Today’s winner is Scripps Mercy Hospital. They get the award for the following–
State health officials yesterday fined Scripps Mercy Hospital $25,000 – the maximum allowed – for the preventable death of a patient about a year ago at its Chula Vista campus.
The patient, a critically ill woman, died after hospital staff failed to administer saline solution that had been ordered more than four hours earlier.
The patient came to the Chula Vista emergency room Feb. 28, 2008, with low blood-sodium levels but left against medical advice, the state’s report said. She returned at noon the next day in much worse condition, with high blood pressure and breathing problems.
An emergency room doctor ordered an intravenous saline solution at 6:35 p.m. – more than 2½ hours after blood test results showed that her sodium level was critically low. The same physician wrote a second order for saline solution 10 minutes later.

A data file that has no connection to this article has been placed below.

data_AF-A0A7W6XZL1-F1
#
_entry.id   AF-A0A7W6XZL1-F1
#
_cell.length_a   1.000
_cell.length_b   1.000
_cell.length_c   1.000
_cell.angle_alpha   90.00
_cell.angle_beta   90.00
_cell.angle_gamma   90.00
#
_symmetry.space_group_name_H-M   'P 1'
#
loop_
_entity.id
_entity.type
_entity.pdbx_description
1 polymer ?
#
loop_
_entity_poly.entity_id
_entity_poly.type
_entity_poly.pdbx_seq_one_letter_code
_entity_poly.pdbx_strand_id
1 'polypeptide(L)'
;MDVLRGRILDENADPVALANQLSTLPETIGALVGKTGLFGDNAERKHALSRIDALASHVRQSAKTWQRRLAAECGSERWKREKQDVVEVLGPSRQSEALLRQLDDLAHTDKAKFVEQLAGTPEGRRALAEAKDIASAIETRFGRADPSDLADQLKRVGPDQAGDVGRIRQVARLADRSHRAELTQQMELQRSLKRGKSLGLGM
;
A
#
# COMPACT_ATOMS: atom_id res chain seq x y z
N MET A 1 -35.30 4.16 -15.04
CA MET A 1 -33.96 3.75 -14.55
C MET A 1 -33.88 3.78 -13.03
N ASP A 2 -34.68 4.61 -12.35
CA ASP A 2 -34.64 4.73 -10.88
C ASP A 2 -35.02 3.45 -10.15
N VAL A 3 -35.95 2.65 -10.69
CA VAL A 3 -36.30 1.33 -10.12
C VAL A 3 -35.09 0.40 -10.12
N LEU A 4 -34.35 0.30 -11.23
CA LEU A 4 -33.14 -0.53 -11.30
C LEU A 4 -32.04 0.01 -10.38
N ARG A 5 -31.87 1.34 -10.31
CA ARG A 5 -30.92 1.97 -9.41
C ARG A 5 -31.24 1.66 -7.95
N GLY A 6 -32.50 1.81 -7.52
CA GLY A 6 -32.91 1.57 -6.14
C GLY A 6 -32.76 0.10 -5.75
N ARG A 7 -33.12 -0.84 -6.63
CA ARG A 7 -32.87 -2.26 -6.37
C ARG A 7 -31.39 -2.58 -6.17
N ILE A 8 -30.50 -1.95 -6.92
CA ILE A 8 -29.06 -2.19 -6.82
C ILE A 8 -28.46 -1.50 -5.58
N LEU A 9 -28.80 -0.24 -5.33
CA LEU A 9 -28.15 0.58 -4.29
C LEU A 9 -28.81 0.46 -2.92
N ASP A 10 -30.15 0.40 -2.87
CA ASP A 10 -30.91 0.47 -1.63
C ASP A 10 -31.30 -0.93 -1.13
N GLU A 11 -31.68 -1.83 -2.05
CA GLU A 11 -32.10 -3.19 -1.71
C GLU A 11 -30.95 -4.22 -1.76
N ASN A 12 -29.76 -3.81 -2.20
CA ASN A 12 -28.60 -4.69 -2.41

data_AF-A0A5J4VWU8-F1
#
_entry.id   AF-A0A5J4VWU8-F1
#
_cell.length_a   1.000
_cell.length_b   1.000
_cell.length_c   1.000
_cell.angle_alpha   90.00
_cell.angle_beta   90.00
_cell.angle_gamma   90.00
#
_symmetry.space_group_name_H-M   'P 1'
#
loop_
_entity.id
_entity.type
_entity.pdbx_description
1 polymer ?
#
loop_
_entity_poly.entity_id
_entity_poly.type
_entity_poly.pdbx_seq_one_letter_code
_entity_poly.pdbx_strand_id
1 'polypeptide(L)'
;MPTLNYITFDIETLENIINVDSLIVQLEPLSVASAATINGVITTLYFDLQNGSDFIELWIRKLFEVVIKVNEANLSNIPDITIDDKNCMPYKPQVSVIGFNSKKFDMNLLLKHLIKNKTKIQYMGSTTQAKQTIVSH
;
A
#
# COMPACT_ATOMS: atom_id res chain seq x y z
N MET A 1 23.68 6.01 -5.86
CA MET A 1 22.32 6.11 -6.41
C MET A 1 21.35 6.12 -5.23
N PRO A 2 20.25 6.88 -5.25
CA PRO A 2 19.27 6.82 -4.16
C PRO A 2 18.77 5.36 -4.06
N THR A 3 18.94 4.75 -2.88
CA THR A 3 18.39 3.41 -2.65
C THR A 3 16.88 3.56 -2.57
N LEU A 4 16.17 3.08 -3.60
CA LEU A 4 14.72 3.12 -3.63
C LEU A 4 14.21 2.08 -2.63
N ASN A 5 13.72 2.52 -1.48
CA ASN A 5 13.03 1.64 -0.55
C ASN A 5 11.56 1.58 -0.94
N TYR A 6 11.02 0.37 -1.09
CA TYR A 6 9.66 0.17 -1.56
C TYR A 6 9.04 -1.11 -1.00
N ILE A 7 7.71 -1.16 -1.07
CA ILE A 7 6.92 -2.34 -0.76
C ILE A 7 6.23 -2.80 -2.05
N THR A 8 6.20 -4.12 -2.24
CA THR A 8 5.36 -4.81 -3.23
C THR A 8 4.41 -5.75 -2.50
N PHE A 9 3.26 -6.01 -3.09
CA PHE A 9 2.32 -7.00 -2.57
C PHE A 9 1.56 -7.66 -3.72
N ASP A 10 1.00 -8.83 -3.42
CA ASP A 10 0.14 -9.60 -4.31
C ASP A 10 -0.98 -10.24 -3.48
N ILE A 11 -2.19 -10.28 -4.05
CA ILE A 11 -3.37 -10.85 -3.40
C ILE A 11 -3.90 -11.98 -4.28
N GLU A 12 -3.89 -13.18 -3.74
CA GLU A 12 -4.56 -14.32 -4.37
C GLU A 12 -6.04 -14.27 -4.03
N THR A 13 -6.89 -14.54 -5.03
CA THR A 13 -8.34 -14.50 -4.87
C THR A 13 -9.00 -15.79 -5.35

The hospital’s pharmacy failed to quickly process either request, in part because all prescriptions from the emergency room were considered urgent, making it difficult to prioritize them.
The patient was transferred to the intensive care unit about 9:15 p.m. A nurse determined that the woman had not received the saline solution, so the nurse faxed an order to the pharmacy.
The saline solution finally arrived at 10:45 p.m., but the nurse took a short break without administering it. The patient needed resuscitation about 11 p.m. and died 30 minutes later.
Dr. Davis Cracroft, Scripps Mercy’s senior medical director, said the hospital “relied too much on humans” for processing emergency room pharmaceutical orders.
“Anytime you throw that into the mix you can have a higher likelihood of errors,” Cracroft said.
The hospital’s nurses and pharmacy screwed up. A patient died, perhaps needlessly but we’ll never know for sure, one thing is certain. The dead woman doesn’t get a second chance. State Health Officials fined Scripps Mercy Hospital, and I make them today’s Knucklehead of the Day.